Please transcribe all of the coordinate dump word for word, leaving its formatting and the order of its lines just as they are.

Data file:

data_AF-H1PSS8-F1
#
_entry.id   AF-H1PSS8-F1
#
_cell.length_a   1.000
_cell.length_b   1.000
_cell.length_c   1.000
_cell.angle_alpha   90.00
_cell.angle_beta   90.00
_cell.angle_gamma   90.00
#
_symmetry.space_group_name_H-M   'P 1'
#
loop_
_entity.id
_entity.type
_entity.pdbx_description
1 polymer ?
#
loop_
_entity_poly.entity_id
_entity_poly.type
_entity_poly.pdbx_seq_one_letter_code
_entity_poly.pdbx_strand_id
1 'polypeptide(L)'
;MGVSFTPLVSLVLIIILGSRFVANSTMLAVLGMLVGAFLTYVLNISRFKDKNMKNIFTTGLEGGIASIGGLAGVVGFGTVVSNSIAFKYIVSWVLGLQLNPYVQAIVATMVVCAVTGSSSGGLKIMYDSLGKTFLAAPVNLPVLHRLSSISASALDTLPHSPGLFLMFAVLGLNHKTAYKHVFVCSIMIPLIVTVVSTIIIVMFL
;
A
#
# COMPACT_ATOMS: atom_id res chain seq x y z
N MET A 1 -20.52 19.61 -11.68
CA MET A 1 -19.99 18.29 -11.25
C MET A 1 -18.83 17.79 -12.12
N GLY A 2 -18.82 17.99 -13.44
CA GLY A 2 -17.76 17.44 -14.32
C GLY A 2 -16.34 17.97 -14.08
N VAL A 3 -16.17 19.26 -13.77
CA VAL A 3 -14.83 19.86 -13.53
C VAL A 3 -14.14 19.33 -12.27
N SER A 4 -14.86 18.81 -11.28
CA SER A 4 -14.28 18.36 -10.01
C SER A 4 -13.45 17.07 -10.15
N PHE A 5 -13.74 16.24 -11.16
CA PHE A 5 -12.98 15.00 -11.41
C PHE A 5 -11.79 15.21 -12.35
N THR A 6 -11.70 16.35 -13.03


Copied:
data_AF-H1PSS8-F1
#
_entry.id   AF-H1PSS8-F1
#
_cell.length_a   1.000
_cell.length_b   1.000
_cell.length_c   1.000
_cell.angle_alpha   90.00
_cell.angle_beta   90.00
_cell.angle_gamma   90.00
#
_symmetry.space_group_name_H-M   'P 1'
#
loop_
_entity.id
_entity.type
_entity.pdbx_description
1 polymer ?
#
loop_
_entity_poly.entity_id
_entity_poly.type
_entity_poly.pdbx_seq_one_letter_code
_entity_poly.pdbx_strand_id
1 'polypeptide(L)'
;MGVSFTPLVSLVLIIILGSRFVANSTMLAVLGMLVGAFLTYVLNISRFKDKNMKNIFTTGLEGGIASIGGLAGVVGFGTVVSNSIAFKYIVSWVLGLQLNPYVQAIVATMVVCAVTGSSSGGLKIMYDSLGKTFLAAPVNLPVLHRLSSISASALDTLPHSPGLFLMFAVLGLNHKTAYKHVFVCSIMIPLIVTVVSTIIIVMFL
;
A
#
# COMPACT_ATOMS: atom_id res chain seq x y z
N MET A 1 -20.52 19.61 -11.68
CA MET A 1 -19.99 18.29 -11.25
C MET A 1 -18.83 17.79 -12.12
N GLY A 2 -18.82 17.99 -13.44
CA GLY A 2 -17.76 17.44 -14.32
C GLY A 2 -16.34 17.97 -14.08
N VAL A 3 -16.17 19.26 -13.77
CA VAL A 3 -14.83 19.86 -13.53
C VAL A 3 -14.14 19.33 -12.27
N SER A 4 -14.86 18.81 -11.28
CA SER A 4 -14.28 18.36 -10.01
C SER A 4 -13.45 17.07 -10.15
N PHE A 5 -13.74 16.24 -11.16
CA PHE A 5 -12.98 15.00 -11.41
C PHE A 5 -11.79 15.21 -12.35
N THR A 6 -11.70 16.35 -13.03